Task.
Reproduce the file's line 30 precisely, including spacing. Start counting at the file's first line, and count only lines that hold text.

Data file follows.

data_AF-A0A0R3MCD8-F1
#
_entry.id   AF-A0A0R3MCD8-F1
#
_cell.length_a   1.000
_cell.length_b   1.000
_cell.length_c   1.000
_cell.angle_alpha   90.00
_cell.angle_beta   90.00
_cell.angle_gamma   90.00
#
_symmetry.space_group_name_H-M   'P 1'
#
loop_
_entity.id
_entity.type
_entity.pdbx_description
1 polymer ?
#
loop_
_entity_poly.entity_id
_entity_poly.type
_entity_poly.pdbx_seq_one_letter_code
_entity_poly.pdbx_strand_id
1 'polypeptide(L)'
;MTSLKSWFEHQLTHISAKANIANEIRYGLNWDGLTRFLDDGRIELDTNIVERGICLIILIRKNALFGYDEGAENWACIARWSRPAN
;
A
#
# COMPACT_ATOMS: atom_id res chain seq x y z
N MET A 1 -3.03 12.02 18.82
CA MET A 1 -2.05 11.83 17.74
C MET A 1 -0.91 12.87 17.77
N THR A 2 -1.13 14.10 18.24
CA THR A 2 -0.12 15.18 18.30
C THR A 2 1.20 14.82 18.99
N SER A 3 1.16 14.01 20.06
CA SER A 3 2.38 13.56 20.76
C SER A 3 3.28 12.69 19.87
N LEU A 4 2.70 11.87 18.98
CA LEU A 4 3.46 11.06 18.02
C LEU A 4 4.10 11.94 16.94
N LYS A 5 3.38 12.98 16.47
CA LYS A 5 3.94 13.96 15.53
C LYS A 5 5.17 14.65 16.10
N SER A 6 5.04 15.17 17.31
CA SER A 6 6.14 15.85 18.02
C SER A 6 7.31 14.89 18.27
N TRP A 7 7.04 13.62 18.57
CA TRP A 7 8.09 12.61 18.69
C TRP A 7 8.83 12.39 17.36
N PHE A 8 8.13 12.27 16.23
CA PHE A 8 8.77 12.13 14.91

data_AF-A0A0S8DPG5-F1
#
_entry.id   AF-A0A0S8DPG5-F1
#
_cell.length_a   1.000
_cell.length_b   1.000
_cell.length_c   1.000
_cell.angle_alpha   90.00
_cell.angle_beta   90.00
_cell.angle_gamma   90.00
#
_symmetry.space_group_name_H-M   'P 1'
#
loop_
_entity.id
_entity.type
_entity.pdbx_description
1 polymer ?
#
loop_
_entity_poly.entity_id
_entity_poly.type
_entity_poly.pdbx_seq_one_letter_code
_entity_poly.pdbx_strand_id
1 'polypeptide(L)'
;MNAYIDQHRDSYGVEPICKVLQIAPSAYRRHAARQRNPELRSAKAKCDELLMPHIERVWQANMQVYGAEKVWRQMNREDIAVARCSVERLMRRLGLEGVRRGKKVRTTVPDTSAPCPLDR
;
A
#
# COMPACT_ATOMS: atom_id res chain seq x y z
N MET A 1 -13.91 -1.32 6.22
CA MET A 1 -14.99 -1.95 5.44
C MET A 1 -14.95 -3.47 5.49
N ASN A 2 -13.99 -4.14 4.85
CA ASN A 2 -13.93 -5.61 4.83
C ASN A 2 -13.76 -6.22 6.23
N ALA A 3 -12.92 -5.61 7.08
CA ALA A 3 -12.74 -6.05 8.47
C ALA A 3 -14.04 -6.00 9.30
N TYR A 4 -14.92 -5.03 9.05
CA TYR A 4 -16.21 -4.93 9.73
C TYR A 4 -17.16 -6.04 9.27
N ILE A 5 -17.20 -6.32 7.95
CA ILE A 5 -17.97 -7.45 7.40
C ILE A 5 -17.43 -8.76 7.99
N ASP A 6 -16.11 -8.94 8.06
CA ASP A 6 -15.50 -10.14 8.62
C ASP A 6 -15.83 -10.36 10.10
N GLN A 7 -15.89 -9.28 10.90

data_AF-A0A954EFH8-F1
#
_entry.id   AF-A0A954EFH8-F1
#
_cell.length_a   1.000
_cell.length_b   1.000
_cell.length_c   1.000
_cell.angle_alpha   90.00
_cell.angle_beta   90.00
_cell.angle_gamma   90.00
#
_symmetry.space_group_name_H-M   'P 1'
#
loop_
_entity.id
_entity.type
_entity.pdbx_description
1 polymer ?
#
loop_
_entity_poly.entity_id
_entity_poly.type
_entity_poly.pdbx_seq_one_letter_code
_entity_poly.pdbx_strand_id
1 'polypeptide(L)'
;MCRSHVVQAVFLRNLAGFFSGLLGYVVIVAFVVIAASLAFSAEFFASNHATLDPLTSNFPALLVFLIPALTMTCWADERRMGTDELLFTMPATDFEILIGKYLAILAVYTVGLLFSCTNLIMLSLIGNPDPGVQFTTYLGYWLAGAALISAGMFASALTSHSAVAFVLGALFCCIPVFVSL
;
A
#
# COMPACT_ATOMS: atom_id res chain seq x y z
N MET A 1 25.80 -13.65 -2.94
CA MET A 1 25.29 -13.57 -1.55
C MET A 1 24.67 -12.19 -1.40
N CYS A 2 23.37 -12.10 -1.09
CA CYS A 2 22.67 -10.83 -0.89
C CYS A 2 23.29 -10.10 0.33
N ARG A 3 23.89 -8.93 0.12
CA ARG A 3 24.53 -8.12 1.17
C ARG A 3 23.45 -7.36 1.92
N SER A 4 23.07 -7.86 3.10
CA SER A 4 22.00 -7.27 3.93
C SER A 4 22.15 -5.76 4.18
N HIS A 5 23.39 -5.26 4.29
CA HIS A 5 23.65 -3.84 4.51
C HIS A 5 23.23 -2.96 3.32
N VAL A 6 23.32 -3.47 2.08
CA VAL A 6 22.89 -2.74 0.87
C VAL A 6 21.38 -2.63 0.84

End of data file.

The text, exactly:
# COMPACT_ATOMS: atom_id res chain seq x y z